Translating the word “forked road” is something interesting!
First, let’s go and look the English word “fork”. In Oxford Dictionary of English, it means “an implement with two or more prongs used for lifting food to the mouth or holding it when cutting” or “the point where something, especially a road or river, divides into two parts”.
And “forked” means “having a divided or pronged end or branches; bifurcated”.
Second, the character 叉（chā） doesn’t mean a implement originally. It means “crossing fingers”. In ancient etiquettes, 叉手 is not the way that western people crossing fingers but actually folding one hand onto the other hand. And it’s expanded meaning is “cross”.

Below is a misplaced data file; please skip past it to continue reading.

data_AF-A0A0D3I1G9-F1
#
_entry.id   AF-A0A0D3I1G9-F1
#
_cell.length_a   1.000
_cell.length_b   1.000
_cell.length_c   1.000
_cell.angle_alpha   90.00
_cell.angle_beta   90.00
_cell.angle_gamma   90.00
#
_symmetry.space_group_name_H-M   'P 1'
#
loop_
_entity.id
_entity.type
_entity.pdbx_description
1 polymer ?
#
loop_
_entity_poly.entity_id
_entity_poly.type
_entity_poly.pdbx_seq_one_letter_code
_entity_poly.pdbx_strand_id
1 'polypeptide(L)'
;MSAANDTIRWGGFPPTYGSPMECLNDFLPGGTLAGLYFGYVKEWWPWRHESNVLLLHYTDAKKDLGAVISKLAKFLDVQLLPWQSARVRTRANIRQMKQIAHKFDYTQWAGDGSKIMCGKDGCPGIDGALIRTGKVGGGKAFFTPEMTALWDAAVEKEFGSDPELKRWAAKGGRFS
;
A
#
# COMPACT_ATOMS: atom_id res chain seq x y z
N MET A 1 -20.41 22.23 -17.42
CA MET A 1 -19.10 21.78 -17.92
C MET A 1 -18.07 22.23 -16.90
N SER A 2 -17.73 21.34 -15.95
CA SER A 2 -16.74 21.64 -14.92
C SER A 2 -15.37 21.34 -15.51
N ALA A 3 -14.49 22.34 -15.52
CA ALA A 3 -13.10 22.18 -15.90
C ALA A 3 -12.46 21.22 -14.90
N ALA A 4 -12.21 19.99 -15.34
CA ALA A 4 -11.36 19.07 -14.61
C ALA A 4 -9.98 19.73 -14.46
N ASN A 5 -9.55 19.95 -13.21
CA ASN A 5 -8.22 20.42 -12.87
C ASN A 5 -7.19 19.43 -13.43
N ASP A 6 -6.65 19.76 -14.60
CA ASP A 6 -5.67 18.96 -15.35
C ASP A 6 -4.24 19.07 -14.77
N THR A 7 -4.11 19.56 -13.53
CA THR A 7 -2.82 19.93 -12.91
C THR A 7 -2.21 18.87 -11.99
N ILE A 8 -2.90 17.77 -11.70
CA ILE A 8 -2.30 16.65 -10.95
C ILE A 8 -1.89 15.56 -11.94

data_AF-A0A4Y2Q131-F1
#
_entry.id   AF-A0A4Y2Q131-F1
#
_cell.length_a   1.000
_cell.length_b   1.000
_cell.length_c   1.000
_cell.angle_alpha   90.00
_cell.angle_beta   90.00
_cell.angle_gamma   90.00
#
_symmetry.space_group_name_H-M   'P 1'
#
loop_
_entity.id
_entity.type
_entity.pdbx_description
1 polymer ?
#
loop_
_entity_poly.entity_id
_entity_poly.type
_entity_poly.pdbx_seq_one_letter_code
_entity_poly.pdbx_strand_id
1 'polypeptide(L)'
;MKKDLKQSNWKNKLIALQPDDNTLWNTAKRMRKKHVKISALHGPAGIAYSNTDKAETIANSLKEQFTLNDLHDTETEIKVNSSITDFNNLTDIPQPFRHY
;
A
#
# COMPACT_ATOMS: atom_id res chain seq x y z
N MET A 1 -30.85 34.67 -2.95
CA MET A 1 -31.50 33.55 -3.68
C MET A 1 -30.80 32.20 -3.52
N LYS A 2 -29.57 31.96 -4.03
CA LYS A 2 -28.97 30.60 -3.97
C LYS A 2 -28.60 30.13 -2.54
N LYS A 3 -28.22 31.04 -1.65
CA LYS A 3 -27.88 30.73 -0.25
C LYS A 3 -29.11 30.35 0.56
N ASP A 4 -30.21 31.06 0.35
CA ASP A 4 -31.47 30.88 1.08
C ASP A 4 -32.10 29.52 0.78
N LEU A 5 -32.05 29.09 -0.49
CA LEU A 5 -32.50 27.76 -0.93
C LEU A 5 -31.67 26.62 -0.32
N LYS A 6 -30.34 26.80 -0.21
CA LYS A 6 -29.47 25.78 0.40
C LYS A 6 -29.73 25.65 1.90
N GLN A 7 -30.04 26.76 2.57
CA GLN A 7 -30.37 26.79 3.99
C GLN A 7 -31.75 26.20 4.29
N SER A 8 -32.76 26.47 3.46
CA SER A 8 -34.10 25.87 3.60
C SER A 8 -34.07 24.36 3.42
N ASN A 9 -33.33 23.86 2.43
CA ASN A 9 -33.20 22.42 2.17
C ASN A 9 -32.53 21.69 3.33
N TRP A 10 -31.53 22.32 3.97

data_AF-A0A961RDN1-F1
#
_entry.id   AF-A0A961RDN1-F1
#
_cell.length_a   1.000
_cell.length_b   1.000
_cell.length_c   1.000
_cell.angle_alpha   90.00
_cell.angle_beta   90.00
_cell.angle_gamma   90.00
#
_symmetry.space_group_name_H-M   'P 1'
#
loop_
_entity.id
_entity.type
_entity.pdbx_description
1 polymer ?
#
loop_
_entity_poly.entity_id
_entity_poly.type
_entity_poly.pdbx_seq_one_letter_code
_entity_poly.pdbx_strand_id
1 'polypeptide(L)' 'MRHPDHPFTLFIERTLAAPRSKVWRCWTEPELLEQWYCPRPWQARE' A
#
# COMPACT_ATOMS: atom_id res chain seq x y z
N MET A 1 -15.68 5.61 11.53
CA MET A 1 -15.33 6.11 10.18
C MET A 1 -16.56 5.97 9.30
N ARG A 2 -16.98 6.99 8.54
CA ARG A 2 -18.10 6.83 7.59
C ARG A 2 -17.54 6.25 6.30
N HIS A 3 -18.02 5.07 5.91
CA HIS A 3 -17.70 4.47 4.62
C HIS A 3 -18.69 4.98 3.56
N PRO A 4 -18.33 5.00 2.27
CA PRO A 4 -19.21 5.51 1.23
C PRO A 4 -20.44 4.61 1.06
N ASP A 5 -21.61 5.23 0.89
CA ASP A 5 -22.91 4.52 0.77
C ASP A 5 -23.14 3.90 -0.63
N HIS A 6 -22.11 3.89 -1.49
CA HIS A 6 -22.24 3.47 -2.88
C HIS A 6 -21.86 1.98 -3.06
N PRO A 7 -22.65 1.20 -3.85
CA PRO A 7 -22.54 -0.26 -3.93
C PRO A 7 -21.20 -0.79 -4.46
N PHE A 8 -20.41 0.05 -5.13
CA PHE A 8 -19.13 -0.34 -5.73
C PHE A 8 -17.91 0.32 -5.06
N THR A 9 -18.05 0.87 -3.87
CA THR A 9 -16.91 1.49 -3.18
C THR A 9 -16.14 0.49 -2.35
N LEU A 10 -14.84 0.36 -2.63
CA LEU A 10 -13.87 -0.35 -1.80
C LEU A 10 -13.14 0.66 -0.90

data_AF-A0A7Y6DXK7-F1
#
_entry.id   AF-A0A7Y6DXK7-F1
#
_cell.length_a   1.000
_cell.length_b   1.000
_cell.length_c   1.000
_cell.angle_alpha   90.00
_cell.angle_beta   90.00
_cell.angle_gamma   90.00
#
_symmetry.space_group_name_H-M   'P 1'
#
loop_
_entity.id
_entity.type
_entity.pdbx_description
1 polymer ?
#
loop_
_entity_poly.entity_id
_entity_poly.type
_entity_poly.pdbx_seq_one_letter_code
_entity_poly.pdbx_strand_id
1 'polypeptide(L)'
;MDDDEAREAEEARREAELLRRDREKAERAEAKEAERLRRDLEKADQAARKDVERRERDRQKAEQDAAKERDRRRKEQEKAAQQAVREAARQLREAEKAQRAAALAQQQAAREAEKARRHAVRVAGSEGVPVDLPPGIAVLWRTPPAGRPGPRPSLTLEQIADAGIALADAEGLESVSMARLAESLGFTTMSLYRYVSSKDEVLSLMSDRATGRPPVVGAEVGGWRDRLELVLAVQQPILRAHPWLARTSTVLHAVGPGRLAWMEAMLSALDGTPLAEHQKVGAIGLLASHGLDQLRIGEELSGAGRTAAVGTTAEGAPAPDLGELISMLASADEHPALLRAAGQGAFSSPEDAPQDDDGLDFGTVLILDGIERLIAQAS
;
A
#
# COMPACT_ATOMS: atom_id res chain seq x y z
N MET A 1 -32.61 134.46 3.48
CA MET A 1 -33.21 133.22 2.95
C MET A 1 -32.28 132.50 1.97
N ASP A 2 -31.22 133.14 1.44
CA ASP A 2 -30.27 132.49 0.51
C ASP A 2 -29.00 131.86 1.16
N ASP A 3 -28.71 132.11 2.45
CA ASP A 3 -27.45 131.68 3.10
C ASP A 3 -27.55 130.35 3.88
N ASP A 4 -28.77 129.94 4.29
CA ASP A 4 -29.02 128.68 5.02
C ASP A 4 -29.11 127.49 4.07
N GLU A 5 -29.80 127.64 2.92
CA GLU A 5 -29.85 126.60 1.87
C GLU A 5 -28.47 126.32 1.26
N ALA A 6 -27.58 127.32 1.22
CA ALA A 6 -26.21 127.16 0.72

By the way, the implement so-called 叉 might not be the original production in Chinese agricultural history. Because we had our own. Something like “耒, 耜, 耒耜, 铲, 锛”. Only “耒” had been described as “formed like a fork” by later generations. So that 叉 might be imported along some road on the western and northern grasslands of China. How about the ancient Chinese fork-like implement using in fishing? I have no idea.
岔（chà）specifically indicates “the point where something, especially a road or river, divides into two parts”. 岔 is taken about mountain as far as 汊（chà）is about river. While you see, 叉 is taken the meaning of “cross” in 汊.
岔, a bifurcated(分) mountain(山).
汊, a crossed(叉) river(氵).
Technically, it should be written as 岔路(口), and 交叉路(口).
Here’s one more thing, we speak fēn chàr but mostly write it as 分叉(儿) because it’s easy to write but weird to pronounce as fēn chār.